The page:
There are several unintentional consequences that may stem from this measure, we will address and cope with these consequences if we make a decision to act. And we will again look at this with an open mind and we placed ready to act if needed.

Acknowledging that, the ECB stated it would prime banks with as much liquidity as they need until at least July 2014 and look at ways to enhance lending to smaller companies, which are the lifeblood of Europe’s economies however have been starved of credit in many countries.

Apr
11

President Barack Obama Tax Plan Opening Gambit in Potential Tax Rewrite

Obama on Wednesday revitalized a list of his favorite tax thoughts, hopeful to raise $580 billion in new revenues from the wealthy over a decade in a potential opening strategy to forge a deal with Congress to renovate the tax code.

Although certain not to move forward all together, his 2014 budget proposal has elements likely to spur discussion including a proposal to tax derivatives more strictly, as lawmakers weigh a tax code restore and face a limit on the government’s debt limit this summer.

Chris Krueger, an analyst at Guggenheim Partners stated that these are all opening bids in any possible grand negotiate, so from that perspective they are significant.

Congressional Republicans mostly blasted the Democratic president’s budget proposal, weighing the difficulty policymakers have had forging a long-term deficit cutting plan.

Obama’s budget does not seek to lift individual tax rates as he has proposed in prior budgets. For years, he sought to elevate rates on household income over $250,000.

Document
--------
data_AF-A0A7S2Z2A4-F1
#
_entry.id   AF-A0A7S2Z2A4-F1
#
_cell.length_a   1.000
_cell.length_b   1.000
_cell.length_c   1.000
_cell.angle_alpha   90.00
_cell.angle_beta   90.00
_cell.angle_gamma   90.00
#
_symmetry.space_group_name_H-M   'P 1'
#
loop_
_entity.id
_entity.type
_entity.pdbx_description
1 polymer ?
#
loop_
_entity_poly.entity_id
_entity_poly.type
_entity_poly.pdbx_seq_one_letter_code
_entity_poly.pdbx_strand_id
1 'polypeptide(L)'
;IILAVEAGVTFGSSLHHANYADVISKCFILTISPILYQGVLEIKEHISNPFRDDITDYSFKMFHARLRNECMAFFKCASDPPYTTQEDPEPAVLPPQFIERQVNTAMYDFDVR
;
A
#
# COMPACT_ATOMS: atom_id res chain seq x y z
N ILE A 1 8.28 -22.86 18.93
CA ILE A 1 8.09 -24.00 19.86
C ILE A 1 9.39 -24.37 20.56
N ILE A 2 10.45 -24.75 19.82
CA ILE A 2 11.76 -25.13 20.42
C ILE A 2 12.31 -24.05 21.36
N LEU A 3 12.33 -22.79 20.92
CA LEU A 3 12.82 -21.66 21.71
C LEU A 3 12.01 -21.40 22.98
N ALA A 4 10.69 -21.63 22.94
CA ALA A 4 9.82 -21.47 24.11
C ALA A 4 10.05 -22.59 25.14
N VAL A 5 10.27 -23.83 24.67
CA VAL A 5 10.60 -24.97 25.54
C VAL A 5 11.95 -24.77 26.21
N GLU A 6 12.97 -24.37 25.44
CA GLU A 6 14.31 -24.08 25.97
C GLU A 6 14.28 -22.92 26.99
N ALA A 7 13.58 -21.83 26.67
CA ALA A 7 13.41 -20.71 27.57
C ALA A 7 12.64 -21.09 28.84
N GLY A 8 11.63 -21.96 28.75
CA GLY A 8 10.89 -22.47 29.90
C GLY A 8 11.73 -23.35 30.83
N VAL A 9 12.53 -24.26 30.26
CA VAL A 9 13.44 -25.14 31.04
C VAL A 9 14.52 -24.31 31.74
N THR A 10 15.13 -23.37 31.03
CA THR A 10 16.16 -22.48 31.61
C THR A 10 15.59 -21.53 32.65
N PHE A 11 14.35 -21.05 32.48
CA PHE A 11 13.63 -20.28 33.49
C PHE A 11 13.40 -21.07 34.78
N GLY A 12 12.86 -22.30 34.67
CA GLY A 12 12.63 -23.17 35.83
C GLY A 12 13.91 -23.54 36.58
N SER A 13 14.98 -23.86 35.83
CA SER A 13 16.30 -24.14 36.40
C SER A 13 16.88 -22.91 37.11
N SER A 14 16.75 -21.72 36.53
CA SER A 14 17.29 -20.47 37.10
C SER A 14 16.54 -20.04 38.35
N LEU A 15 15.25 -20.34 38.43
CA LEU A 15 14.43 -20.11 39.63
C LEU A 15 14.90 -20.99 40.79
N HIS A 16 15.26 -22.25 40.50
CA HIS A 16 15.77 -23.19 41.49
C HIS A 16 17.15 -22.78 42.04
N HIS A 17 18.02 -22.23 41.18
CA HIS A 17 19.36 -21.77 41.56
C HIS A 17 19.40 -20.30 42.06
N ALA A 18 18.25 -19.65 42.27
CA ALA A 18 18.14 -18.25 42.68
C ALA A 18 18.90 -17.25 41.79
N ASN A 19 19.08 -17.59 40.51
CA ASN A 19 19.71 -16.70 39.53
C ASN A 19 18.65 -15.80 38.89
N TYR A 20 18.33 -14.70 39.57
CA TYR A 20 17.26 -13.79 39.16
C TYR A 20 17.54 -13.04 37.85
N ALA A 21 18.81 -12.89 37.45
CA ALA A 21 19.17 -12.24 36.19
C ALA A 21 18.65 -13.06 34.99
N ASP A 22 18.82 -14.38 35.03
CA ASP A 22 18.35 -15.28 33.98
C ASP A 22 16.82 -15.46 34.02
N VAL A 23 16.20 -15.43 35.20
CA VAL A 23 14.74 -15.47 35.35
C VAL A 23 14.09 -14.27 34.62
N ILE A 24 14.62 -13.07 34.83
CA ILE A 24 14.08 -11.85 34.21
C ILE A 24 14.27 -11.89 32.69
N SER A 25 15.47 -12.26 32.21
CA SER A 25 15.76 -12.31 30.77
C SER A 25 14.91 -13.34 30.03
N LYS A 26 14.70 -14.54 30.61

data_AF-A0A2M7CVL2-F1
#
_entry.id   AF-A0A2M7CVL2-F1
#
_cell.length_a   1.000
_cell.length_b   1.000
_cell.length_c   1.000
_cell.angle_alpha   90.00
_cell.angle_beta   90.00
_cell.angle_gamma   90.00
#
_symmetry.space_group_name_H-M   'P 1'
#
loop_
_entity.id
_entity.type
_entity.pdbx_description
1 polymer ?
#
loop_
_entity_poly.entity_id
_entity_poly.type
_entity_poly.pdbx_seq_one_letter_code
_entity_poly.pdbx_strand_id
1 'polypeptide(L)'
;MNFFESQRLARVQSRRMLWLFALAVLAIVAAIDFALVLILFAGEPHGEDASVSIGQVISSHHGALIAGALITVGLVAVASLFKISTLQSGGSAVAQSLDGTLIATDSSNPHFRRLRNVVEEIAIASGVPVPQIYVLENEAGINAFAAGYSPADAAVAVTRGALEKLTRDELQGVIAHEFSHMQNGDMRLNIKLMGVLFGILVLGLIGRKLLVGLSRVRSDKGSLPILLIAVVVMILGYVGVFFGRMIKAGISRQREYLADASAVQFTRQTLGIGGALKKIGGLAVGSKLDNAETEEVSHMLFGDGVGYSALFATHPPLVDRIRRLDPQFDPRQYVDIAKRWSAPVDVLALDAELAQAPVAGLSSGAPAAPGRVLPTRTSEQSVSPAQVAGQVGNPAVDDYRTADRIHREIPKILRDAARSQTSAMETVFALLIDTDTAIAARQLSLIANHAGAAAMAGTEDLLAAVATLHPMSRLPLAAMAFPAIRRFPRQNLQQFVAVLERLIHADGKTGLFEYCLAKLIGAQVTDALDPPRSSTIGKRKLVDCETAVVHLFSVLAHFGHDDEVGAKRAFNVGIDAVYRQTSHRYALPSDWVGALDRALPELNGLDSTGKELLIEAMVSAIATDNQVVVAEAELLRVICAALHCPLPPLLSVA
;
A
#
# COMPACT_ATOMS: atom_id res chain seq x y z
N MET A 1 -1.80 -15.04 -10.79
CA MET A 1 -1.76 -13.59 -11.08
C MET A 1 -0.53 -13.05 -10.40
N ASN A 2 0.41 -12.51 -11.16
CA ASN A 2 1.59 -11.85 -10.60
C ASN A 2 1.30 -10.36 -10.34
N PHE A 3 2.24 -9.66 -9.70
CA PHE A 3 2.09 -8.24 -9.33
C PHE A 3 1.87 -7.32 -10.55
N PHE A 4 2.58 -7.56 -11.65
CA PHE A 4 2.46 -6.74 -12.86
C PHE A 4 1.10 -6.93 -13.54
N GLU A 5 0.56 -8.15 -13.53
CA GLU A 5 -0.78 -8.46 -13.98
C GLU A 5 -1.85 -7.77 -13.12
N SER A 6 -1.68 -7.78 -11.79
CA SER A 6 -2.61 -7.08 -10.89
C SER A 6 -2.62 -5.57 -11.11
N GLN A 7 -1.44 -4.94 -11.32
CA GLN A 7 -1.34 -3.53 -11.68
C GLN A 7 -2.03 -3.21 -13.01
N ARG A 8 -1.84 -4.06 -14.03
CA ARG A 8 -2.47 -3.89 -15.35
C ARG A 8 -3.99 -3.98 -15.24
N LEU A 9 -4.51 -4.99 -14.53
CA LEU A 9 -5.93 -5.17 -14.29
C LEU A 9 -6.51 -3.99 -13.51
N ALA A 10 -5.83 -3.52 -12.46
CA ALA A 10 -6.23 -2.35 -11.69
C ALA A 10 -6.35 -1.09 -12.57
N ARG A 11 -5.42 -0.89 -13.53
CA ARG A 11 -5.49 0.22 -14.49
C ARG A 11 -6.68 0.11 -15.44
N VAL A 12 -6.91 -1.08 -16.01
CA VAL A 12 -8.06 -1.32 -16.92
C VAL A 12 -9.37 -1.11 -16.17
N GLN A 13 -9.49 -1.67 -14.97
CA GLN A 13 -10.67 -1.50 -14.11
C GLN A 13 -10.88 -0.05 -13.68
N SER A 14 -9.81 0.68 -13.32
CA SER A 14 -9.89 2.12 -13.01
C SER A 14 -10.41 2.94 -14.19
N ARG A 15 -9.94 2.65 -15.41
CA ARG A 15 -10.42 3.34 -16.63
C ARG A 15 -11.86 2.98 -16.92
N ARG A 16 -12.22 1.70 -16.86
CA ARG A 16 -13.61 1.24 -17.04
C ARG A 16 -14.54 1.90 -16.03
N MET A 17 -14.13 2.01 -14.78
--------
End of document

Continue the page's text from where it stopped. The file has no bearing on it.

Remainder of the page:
Republicans and Obama agreed during previous year’s fiscal cliff battle to elevate rates for households earning more than $450,000 a year, to 39.6 percent from 35 percent.

Obama’s budget also recommended a new Buffett tax, a minimum tax rate for the rich named for investor Warren Buffett, that stage in a minimum 30 percent tax rate on household income over $1 million.

The bid renew Obama’s offer previous year to Republican House of Representatives Speaker John Boehner during the discussion to avoid the so-called fiscal cliff of looming tax hikes.

The budget also reprized a proposal to limit tax breaks between wealthier taxpayers, opening at household income of roughly $250,000, limiting the value of deductions and loopholes in determining taxable income. A phased-in limit on deductions is now part of the tax code for more wealthy taxpayers.

The new cap would apply to the same list of breaks proposed in previous years , including the charitable tax break and the exception for municipal bond interest.

One encounter Obama proposed to fight once more is over the estate tax, pitching to lift it to 45 percent for estates worth over $3.5 million, following a deal to cap it in January at 40 percent for estates over $5 million.

Mar
2

Ben Bernanke Said Premature Fed Recoil could short Course recovery

Ben Bernanke, the chairman of the Federal Reserve stated on Friday that pulling back on violent policy measures too rapidly would create a real risk of damaging a still delicate recovery.

There has been some dissimilarity within the Fed of whether the US central bank’s bond buying program, which is planned to push down long term interest rates should be segmented out.

Jeremy Stein, Fed Board Governor argued recently there were symbols of overheating in some financial markets and that the central bank should believed in using monetary policy to address such risks if they continue.